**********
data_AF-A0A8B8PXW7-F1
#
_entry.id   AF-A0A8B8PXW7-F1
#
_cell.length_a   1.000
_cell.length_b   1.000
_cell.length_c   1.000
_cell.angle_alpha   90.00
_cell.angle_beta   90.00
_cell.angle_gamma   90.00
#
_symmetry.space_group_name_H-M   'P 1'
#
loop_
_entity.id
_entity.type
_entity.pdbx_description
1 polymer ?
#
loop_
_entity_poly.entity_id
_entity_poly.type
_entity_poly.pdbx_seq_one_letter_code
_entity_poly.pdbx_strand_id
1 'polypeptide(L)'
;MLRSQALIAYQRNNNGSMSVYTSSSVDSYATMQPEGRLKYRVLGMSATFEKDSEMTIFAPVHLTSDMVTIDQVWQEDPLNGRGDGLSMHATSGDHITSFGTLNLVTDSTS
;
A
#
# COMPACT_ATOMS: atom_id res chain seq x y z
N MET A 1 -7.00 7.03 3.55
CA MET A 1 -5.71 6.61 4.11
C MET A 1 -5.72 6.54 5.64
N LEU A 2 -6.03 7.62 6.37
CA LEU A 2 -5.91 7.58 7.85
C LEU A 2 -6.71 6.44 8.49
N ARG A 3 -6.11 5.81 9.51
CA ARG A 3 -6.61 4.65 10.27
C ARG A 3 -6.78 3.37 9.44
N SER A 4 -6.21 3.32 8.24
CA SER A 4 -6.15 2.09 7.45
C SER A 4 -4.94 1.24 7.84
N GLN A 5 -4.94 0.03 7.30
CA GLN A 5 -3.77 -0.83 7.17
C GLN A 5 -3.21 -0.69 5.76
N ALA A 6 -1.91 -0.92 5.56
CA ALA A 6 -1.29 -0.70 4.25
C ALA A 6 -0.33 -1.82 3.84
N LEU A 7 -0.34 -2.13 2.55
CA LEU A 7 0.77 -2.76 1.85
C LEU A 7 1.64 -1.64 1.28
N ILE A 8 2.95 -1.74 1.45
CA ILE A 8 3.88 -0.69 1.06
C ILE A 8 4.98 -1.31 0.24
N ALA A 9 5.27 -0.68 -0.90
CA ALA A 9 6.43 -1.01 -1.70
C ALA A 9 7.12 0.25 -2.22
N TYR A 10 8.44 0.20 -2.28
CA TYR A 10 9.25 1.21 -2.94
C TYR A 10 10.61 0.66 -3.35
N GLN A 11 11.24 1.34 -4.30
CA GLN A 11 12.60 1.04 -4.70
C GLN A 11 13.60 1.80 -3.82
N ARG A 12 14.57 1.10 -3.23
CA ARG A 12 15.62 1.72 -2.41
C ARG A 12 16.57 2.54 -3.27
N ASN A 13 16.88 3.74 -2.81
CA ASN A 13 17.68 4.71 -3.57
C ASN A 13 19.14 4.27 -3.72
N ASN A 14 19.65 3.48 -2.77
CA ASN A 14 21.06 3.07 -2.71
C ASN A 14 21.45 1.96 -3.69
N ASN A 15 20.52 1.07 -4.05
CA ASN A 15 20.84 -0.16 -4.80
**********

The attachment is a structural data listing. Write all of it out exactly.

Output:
data_AF-A0A8B8PXW7-F1
#
_entry.id   AF-A0A8B8PXW7-F1
#
_cell.length_a   1.000
_cell.length_b   1.000
_cell.length_c   1.000
_cell.angle_alpha   90.00
_cell.angle_beta   90.00
_cell.angle_gamma   90.00
#
_symmetry.space_group_name_H-M   'P 1'
#
loop_
_entity.id
_entity.type
_entity.pdbx_description
1 polymer ?
#
loop_
_entity_poly.entity_id
_entity_poly.type
_entity_poly.pdbx_seq_one_letter_code
_entity_poly.pdbx_strand_id
1 'polypeptide(L)'
;MLRSQALIAYQRNNNGSMSVYTSSSVDSYATMQPEGRLKYRVLGMSATFEKDSEMTIFAPVHLTSDMVTIDQVWQEDPLNGRGDGLSMHATSGDHITSFGTLNLVTDSTS
;
A
#
# COMPACT_ATOMS: atom_id res chain seq x y z
N MET A 1 -7.00 7.03 3.55
CA MET A 1 -5.71 6.61 4.11
C MET A 1 -5.72 6.54 5.64
N LEU A 2 -6.03 7.62 6.37
CA LEU A 2 -5.91 7.58 7.85
C LEU A 2 -6.71 6.44 8.49
N ARG A 3 -6.11 5.81 9.51
CA ARG A 3 -6.61 4.65 10.27
C ARG A 3 -6.78 3.37 9.44
N SER A 4 -6.21 3.32 8.24
CA SER A 4 -6.15 2.09 7.45
C SER A 4 -4.94 1.24 7.84
N GLN A 5 -4.94 0.03 7.30
CA GLN A 5 -3.77 -0.83 7.17
C GLN A 5 -3.21 -0.69 5.76
N ALA A 6 -1.91 -0.92 5.56
CA ALA A 6 -1.29 -0.70 4.25
C ALA A 6 -0.33 -1.82 3.84
N LEU A 7 -0.34 -2.13 2.55
CA LEU A 7 0.77 -2.76 1.85
C LEU A 7 1.64 -1.64 1.28
N ILE A 8 2.95 -1.74 1.45
CA ILE A 8 3.88 -0.69 1.06
C ILE A 8 4.98 -1.31 0.24
N ALA A 9 5.27 -0.68 -0.90
CA ALA A 9 6.43 -1.01 -1.70
C ALA A 9 7.12 0.25 -2.22
N TYR A 10 8.44 0.20 -2.28
CA TYR A 10 9.25 1.21 -2.94
C TYR A 10 10.61 0.66 -3.35
N GLN A 11 11.24 1.34 -4.30
CA GLN A 11 12.60 1.04 -4.70
C GLN A 11 13.60 1.80 -3.82
N ARG A 12 14.57 1.10 -3.23
CA ARG A 12 15.62 1.72 -2.41
C ARG A 12 16.57 2.54 -3.27
N ASN A 13 16.88 3.74 -2.81
CA ASN A 13 17.68 4.71 -3.57
C ASN A 13 19.14 4.27 -3.72
N ASN A 14 19.65 3.48 -2.77
CA ASN A 14 21.06 3.07 -2.71
C ASN A 14 21.45 1.96 -3.69
N ASN A 15 20.52 1.07 -4.05
CA ASN A 15 20.84 -0.16 -4.80